After an explosion in a coal mine in the Bartin province of northern Turkey, at least 28 people were killed and dozens more are still missing.
Friday’s blast killed almost half of the 110 miners who were underground, and all of them were deeper than 300 metres.
According to Fahrettin Koca, Turkey’s minister of health, 11 people have been rescued and are currently receiving medical attention.
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Through the night, rescuers chipped away at the rocky terrain in an effort to locate any additional survivors.
Miners are seen emerging from the facility in Amasra, on the Black Sea coast, with rescuers by their sides, blackened and bleary-eyed.
Members of the missing people’s families and friends were also present at the mine, waiting for word on their loved ones.
About 300 metres in depth is where the explosion is assumed to have happened. Minister of the Interior Suleyman Soylu reported that 49 people were working in the “risky” area between 300 and 350 metres (985 and 1,150 feet) below ground.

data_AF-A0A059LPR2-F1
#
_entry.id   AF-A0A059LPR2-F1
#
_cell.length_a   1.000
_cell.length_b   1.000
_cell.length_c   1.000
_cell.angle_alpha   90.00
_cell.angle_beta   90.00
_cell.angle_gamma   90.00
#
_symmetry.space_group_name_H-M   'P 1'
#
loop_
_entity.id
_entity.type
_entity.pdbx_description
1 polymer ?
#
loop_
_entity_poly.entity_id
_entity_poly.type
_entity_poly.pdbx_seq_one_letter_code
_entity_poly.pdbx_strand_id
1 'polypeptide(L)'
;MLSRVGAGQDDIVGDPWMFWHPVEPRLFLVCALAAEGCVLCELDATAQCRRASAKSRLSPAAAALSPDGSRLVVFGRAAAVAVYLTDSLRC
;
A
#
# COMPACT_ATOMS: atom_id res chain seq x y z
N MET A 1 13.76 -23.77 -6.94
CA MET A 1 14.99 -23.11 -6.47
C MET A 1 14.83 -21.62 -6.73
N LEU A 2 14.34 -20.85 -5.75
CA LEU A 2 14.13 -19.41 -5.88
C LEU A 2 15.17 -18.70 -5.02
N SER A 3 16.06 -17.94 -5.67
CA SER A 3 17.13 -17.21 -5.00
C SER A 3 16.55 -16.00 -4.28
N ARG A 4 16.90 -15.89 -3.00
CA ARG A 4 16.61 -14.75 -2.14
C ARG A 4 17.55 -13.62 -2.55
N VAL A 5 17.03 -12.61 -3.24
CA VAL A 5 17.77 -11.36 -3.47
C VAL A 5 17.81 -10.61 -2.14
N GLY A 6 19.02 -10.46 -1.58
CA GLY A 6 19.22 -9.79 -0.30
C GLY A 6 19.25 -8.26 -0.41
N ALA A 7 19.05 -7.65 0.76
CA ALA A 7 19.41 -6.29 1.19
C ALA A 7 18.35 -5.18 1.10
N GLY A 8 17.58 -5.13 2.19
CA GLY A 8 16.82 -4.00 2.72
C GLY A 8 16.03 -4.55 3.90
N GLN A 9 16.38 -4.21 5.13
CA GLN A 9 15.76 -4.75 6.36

Mr. Soylu told reporters, “There are those whom we were not able to evacuate from that area.”
The local prosecutor’s office has started their investigation into the explosion’s cause, but they haven’t found anything yet.
The energy minister of Turkey has stated that preliminary investigations point to firedamp, a methane-based explosive mixture that forms in coal mines, as the likely cause of the explosion. A truly regrettable situation, he said, has arisen.
He also noted that there were no active fires and that the ventilation system was functioning normally, but that there had been some collapses inside the mine.
On Saturday, Recep Tayyip Erdogan, the president of Turkey, is scheduled to visit the area.
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It has been reported that many of the survivors in Amasra have “serious injuries,” according to the city’s mayor.
Independently evacuating staff member: “There was dust and smoke and we don’t know exactly what happened.”
Turkish Hard Coal Enterprises, a state-owned company, operates the mine. An explosion in the western Turkish town of Soma’s coal mine killed 301 people in 2014, making it the deadliest such incident in Turkey’s history.